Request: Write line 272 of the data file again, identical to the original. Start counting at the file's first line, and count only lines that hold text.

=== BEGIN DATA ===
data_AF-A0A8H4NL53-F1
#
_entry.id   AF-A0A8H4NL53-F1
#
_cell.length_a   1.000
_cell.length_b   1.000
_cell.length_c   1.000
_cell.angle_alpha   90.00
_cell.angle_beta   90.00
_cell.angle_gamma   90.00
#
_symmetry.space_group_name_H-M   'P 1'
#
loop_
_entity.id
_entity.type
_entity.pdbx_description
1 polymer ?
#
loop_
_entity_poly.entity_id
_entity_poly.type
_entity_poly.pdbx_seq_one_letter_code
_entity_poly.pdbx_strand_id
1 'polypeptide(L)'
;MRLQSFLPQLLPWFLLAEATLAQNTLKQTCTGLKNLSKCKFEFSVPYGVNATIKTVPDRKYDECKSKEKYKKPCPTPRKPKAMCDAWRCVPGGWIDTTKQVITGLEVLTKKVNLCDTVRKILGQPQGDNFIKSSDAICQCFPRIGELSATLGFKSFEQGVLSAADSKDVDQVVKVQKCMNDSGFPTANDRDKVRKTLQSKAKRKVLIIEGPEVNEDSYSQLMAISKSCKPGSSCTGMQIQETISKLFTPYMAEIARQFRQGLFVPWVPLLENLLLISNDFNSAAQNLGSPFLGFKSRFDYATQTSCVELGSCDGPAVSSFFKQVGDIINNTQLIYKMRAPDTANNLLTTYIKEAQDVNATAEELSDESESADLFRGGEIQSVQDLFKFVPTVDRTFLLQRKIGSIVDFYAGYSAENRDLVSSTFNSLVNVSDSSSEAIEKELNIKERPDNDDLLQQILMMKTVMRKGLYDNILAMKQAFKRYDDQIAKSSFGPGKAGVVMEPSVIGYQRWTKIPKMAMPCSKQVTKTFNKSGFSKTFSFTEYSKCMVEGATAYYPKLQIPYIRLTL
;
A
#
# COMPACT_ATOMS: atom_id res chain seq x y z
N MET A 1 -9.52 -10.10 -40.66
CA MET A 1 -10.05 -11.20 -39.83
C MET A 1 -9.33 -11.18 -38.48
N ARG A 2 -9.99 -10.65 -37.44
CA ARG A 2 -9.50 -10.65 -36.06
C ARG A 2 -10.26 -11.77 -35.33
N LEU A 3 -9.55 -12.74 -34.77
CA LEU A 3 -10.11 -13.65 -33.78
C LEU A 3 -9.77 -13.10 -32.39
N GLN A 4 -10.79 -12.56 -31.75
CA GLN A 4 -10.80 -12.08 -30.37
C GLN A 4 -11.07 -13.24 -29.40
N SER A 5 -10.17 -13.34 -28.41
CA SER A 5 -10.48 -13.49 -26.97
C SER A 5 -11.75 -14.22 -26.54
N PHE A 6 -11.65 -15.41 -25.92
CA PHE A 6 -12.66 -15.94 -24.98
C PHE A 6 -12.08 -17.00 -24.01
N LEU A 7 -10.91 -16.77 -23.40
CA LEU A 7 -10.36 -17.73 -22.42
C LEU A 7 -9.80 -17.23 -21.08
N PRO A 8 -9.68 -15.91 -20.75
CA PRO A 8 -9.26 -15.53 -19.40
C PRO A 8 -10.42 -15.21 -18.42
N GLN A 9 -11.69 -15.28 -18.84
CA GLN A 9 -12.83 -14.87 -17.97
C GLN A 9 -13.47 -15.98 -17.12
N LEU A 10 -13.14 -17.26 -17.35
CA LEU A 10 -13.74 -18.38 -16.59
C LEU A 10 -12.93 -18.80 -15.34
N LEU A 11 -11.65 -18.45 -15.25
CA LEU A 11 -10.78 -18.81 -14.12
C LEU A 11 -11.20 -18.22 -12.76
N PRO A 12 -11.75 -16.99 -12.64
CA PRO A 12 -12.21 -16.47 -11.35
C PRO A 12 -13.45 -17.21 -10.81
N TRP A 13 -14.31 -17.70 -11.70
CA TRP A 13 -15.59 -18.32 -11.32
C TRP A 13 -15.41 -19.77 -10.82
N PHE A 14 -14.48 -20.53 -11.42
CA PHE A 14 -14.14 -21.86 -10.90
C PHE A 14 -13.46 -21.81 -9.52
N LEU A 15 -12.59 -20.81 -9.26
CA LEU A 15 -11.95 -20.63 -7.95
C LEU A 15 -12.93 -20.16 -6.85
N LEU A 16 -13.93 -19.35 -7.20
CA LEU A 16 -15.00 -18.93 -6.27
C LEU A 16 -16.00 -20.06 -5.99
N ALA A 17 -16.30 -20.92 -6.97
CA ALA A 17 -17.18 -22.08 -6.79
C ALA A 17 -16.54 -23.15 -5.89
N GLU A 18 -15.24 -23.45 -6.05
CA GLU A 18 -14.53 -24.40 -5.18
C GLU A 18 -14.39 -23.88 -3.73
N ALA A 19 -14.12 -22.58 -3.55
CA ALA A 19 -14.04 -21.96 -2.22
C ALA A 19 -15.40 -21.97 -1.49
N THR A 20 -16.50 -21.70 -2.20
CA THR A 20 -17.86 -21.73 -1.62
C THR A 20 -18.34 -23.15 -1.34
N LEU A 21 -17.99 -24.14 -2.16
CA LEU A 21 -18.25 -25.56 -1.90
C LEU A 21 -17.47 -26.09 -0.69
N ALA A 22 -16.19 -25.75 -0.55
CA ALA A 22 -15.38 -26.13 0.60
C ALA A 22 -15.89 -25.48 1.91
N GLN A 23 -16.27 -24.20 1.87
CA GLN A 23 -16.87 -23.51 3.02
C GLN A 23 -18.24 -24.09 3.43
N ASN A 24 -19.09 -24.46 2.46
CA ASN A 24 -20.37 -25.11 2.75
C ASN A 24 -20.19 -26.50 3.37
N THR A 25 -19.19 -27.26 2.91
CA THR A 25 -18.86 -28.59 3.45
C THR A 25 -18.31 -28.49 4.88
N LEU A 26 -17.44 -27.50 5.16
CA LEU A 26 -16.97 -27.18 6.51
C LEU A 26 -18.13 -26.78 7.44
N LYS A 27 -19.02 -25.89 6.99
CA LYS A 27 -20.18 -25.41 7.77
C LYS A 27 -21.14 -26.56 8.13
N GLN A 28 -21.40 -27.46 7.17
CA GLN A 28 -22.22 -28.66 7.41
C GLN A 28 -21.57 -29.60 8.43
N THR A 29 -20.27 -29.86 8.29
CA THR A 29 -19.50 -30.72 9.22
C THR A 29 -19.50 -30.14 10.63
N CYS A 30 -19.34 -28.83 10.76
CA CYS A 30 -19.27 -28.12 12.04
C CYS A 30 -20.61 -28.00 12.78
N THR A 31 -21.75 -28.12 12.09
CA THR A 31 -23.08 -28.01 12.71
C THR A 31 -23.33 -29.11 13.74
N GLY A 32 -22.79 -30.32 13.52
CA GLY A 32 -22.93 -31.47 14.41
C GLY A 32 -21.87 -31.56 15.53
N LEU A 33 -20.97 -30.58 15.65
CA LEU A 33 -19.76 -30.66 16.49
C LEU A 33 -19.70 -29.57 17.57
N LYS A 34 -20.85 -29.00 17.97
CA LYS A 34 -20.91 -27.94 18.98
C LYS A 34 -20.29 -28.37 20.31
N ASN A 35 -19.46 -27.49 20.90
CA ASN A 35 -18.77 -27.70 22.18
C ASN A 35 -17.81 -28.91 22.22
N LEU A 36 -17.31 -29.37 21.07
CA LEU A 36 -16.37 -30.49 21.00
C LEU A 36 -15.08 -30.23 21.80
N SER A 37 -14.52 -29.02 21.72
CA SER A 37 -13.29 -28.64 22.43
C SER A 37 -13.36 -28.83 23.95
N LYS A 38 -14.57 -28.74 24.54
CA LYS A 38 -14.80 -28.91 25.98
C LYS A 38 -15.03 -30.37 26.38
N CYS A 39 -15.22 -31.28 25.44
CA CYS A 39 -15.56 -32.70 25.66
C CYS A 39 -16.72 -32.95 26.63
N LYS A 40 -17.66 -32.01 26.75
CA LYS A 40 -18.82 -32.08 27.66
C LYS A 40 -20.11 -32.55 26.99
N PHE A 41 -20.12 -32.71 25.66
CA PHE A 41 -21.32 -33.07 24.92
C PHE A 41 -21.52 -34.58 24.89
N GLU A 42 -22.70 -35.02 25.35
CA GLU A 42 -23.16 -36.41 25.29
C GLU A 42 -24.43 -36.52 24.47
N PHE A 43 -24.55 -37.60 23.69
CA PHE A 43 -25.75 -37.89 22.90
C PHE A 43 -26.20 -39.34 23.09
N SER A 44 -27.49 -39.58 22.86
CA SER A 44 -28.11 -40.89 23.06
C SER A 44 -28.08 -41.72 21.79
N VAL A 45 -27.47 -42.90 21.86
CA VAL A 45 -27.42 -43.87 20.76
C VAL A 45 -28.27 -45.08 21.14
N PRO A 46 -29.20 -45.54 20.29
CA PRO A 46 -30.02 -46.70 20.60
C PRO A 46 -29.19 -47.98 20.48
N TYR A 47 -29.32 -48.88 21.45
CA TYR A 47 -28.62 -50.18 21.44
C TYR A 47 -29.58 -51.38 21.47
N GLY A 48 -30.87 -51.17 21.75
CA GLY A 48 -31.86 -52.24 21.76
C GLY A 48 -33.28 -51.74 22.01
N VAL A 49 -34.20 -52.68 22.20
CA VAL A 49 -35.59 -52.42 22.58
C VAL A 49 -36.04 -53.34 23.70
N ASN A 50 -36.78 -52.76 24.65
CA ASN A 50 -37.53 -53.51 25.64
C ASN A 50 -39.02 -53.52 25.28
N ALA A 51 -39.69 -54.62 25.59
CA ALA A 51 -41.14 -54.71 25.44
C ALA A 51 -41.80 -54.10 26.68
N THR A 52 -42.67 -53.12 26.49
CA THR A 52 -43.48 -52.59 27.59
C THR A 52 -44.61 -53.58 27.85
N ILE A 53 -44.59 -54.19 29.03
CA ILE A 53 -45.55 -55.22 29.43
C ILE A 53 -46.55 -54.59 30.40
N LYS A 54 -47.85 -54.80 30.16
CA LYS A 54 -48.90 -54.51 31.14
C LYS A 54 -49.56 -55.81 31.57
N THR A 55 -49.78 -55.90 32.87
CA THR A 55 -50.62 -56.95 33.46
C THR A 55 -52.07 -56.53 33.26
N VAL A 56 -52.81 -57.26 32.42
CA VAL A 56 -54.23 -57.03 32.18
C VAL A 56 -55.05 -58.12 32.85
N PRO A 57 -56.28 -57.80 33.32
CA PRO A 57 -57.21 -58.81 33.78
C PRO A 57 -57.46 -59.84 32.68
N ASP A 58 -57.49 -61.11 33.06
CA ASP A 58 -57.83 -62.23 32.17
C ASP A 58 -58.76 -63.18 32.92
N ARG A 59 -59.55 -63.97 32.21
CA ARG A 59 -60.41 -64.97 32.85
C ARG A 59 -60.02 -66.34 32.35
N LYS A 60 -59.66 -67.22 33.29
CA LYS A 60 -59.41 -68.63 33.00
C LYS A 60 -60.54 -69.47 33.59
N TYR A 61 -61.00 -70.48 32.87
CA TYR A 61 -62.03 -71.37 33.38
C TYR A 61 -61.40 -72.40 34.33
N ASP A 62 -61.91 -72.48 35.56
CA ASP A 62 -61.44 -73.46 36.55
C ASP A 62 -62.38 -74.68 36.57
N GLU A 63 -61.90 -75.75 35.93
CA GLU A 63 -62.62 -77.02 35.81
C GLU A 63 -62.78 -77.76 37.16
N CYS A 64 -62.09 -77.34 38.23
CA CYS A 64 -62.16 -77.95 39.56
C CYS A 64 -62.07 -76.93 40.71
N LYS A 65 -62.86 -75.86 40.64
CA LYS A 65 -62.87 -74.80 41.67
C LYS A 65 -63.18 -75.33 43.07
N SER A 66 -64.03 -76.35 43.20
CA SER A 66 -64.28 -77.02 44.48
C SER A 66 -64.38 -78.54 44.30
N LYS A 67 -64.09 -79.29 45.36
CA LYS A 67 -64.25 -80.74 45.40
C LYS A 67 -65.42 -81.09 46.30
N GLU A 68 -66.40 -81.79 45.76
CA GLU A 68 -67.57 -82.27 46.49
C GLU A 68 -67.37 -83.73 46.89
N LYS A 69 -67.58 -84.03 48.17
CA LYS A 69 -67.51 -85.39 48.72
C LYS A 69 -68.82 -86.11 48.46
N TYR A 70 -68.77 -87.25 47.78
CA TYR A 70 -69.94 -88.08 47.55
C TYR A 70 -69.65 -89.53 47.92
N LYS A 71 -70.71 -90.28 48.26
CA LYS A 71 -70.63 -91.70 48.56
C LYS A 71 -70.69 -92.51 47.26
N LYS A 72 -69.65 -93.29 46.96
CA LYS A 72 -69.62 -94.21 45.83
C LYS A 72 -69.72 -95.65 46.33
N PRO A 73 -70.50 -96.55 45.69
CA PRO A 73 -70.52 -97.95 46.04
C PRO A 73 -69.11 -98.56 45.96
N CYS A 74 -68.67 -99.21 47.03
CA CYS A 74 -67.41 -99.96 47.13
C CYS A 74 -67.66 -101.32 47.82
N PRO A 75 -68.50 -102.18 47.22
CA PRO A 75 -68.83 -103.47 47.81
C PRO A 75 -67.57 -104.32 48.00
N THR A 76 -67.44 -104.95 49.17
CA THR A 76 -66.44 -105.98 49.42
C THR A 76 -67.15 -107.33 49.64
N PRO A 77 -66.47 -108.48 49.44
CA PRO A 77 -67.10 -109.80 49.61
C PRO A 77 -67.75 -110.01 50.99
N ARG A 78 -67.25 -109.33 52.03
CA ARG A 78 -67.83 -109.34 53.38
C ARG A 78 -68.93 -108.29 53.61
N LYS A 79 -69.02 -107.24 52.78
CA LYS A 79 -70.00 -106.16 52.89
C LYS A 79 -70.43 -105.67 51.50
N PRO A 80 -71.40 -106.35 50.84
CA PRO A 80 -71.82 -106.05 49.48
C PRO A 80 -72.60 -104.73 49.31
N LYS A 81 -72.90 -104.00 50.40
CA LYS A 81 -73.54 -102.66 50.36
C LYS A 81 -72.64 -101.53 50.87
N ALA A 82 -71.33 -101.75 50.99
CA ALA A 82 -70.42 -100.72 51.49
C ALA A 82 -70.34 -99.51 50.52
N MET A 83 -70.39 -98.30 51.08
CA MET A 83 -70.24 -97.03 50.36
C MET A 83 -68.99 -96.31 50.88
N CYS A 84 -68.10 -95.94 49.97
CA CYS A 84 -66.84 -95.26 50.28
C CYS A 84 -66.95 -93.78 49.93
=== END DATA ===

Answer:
CA LYS A 81 -73.54 -102.66 50.36